Greenyug developed its patented technology at its Santa Barbara, California Research Facility and continued the scale-up at its fully integrated demonstration plant in India. Greenyug has developed a proprietary platform to add value to bioethanol by upgrading it into a variety of bio-based chemicals with broad market appeal. Greenyug Ethyl Acetate, the first of such products, is a widely marketed specialty solvent used extensively in products such as paints, coatings, pharmaceuticals, adhesives and a variety of consumer goods.

Reaction from the principals

Axel Viering, Executive Director of the Derivatives business unit at HELM, highlighted the relevance of the marketing contract with Prairie Catalytic and its parent Greenyug: “By entering into this marketing agreement we are further strengthening our global presence and expanding our existing competence in ethyl acetate distribution. As a major global distributor of chemicals, HELM looks forward to a long-term relationship with Greenyug and Prairie Catalytic.”

“The collaboration with HELM clearly fulfills our project needs of a major marketer, and we are impressed with HELM’s secure network in relevant markets worldwide. This off-take agreement provides us immediate access to Ethyl Acetate customers enabling Prairie Catalytic to generate revenue once the plant is operational,” stated Sagar Gadewar, Greenyug and Prairie Catalytic, CEO.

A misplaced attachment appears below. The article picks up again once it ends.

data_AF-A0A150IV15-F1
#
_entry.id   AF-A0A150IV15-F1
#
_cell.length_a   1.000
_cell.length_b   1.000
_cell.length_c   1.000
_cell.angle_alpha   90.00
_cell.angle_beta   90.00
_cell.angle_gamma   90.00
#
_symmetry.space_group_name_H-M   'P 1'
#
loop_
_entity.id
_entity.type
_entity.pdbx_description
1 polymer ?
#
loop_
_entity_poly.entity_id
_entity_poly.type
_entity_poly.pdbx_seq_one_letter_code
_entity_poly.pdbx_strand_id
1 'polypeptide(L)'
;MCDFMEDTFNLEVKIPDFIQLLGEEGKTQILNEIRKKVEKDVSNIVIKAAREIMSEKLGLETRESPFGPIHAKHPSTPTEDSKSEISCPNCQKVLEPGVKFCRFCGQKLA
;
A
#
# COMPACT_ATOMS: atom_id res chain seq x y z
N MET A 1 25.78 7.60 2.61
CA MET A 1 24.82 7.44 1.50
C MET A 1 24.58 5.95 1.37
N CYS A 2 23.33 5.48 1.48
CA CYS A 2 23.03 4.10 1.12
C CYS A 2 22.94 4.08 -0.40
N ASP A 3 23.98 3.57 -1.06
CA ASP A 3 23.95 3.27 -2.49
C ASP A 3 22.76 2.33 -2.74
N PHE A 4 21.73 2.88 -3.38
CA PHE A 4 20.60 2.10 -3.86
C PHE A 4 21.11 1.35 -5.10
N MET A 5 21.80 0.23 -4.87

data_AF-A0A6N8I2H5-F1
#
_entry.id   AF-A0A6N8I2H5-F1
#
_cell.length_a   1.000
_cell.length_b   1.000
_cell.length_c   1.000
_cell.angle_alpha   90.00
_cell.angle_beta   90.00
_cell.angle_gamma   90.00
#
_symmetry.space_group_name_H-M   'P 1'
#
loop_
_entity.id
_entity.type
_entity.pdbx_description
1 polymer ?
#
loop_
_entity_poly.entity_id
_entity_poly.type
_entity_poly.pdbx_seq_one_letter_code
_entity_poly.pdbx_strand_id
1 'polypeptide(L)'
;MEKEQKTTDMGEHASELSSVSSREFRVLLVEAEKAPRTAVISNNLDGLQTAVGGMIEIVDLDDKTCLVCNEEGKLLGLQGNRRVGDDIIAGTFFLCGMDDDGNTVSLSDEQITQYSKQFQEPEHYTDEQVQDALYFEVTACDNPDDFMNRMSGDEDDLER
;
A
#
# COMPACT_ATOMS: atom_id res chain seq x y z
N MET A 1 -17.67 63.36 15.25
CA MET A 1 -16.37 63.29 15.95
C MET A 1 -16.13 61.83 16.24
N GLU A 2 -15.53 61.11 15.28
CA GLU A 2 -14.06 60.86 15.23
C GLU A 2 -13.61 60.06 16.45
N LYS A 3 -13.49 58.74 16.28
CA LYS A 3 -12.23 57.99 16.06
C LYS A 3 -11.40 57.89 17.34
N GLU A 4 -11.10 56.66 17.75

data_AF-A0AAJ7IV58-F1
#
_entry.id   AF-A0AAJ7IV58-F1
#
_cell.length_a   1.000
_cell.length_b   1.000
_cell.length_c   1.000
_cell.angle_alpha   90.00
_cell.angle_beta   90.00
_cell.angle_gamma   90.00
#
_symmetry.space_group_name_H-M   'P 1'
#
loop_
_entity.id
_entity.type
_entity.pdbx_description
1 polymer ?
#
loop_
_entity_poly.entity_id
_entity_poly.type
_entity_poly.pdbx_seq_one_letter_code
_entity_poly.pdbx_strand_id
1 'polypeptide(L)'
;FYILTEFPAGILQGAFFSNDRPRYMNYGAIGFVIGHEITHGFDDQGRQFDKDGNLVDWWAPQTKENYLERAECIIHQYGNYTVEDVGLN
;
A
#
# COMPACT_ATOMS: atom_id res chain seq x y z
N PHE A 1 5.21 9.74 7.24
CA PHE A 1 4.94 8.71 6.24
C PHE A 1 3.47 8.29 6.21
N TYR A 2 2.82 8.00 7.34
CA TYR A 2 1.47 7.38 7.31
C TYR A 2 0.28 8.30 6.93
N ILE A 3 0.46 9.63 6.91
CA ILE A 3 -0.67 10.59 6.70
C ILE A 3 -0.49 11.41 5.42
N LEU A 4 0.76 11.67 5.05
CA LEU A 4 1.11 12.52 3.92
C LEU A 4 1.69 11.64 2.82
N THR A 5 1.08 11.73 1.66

Bottom line: ADM joins a new green era?

It’s a wild guess that the name Greenyug is a neologism coined from the Hindu religious idea of the cycles of time, the Four Yugas (by the way, if you’re currently disappointed with global culture, you might be unsurprised to learn that the Earth is mired in the Kali Yuga at the moment, the age of vice). So, Green+yuga — and you have something like Green Age or Green Era.

But, why not take a more purist approach? The ancient root word is jungo, and it means “to join”. So, for the purist, it’s a case of Green+jungo — and you have something like Joining the Green Bandwagon.

That’s not a bad way at all to think of what the technology does — rejoins a busted corn molecule into an ethyl acetate, and not a bad way to think about ADM in all this. They’re taken scaled-up but tech-proven steps into renewables. After all, ethanol fermentation isn’t exactly new science. But Greenyug technology is a big, big leap to the front of the technical pack, and it’s good news to see ADM running at the front of the pack.